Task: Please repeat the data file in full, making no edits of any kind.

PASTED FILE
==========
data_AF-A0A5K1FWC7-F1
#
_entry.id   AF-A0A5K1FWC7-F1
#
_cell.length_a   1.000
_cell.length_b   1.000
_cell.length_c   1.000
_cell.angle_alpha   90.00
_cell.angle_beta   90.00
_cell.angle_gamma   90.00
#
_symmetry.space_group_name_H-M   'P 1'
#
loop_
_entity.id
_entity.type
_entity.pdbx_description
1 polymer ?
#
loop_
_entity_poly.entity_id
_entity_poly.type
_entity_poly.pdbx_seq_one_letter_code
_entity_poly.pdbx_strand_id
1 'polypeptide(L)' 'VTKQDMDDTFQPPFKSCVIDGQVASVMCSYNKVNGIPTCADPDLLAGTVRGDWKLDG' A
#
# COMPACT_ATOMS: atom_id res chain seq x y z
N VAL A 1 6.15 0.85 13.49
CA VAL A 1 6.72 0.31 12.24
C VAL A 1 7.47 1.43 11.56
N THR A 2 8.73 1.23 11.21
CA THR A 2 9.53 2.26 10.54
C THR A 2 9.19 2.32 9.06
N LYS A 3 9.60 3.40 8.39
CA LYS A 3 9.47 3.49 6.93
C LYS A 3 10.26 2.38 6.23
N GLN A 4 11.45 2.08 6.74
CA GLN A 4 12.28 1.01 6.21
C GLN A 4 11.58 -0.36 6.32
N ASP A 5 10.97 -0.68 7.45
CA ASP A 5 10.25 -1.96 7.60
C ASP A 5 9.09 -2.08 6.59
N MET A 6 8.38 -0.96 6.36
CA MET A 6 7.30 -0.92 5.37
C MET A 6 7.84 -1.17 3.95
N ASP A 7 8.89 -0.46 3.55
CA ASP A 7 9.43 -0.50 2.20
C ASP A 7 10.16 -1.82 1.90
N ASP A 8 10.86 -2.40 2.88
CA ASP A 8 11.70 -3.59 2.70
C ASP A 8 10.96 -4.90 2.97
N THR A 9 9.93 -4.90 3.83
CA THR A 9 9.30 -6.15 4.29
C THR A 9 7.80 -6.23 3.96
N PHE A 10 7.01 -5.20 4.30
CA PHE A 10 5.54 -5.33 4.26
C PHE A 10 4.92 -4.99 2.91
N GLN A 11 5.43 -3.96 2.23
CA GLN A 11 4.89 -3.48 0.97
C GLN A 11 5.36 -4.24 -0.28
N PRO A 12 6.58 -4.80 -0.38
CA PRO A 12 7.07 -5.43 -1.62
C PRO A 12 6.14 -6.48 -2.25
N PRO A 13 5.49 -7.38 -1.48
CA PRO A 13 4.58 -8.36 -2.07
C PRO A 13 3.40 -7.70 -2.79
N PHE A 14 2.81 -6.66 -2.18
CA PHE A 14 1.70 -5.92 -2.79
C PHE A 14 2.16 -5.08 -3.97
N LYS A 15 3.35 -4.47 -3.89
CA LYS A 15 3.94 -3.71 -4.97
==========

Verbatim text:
data_AF-A0A5K1FWC7-F1
#
_entry.id   AF-A0A5K1FWC7-F1
#
_cell.length_a   1.000
_cell.length_b   1.000
_cell.length_c   1.000
_cell.angle_alpha   90.00
_cell.angle_beta   90.00
_cell.angle_gamma   90.00
#
_symmetry.space_group_name_H-M   'P 1'
#
loop_
_entity.id
_entity.type
_entity.pdbx_description
1 polymer ?
#
loop_
_entity_poly.entity_id
_entity_poly.type
_entity_poly.pdbx_seq_one_letter_code
_entity_poly.pdbx_strand_id
1 'polypeptide(L)' 'VTKQDMDDTFQPPFKSCVIDGQVASVMCSYNKVNGIPTCADPDLLAGTVRGDWKLDG' A
#
# COMPACT_ATOMS: atom_id res chain seq x y z
N VAL A 1 6.15 0.85 13.49
CA VAL A 1 6.72 0.31 12.24
C VAL A 1 7.47 1.43 11.56
N THR A 2 8.73 1.23 11.21
CA THR A 2 9.53 2.26 10.54
C THR A 2 9.19 2.32 9.06
N LYS A 3 9.60 3.40 8.39
CA LYS A 3 9.47 3.49 6.93
C LYS A 3 10.26 2.38 6.23
N GLN A 4 11.45 2.08 6.74
CA GLN A 4 12.28 1.01 6.21
C GLN A 4 11.58 -0.36 6.32
N ASP A 5 10.97 -0.68 7.45
CA ASP A 5 10.25 -1.96 7.60
C ASP A 5 9.09 -2.08 6.59
N MET A 6 8.38 -0.96 6.36
CA MET A 6 7.30 -0.92 5.37
C MET A 6 7.84 -1.17 3.95
N ASP A 7 8.89 -0.46 3.55
CA ASP A 7 9.43 -0.50 2.20
C ASP A 7 10.16 -1.82 1.90
N ASP A 8 10.86 -2.40 2.88
CA ASP A 8 11.70 -3.59 2.70
C ASP A 8 10.96 -4.90 2.97
N THR A 9 9.93 -4.90 3.83
CA THR A 9 9.30 -6.15 4.29
C THR A 9 7.80 -6.23 3.96
N PHE A 10 7.01 -5.20 4.30
CA PHE A 10 5.54 -5.33 4.26
C PHE A 10 4.92 -4.99 2.91
N GLN A 11 5.43 -3.96 2.23
CA GLN A 11 4.89 -3.48 0.97
C GLN A 11 5.36 -4.24 -0.28
N PRO A 12 6.58 -4.80 -0.38
CA PRO A 12 7.07 -5.43 -1.62
C PRO A 12 6.14 -6.48 -2.25
N PRO A 13 5.49 -7.38 -1.48
CA PRO A 13 4.58 -8.36 -2.07
C PRO A 13 3.40 -7.70 -2.79
N PHE A 14 2.81 -6.66 -2.18
CA PHE A 14 1.70 -5.92 -2.79
C PHE A 14 2.16 -5.08 -3.97
N LYS A 15 3.35 -4.47 -3.89
CA LYS A 15 3.94 -3.71 -4.97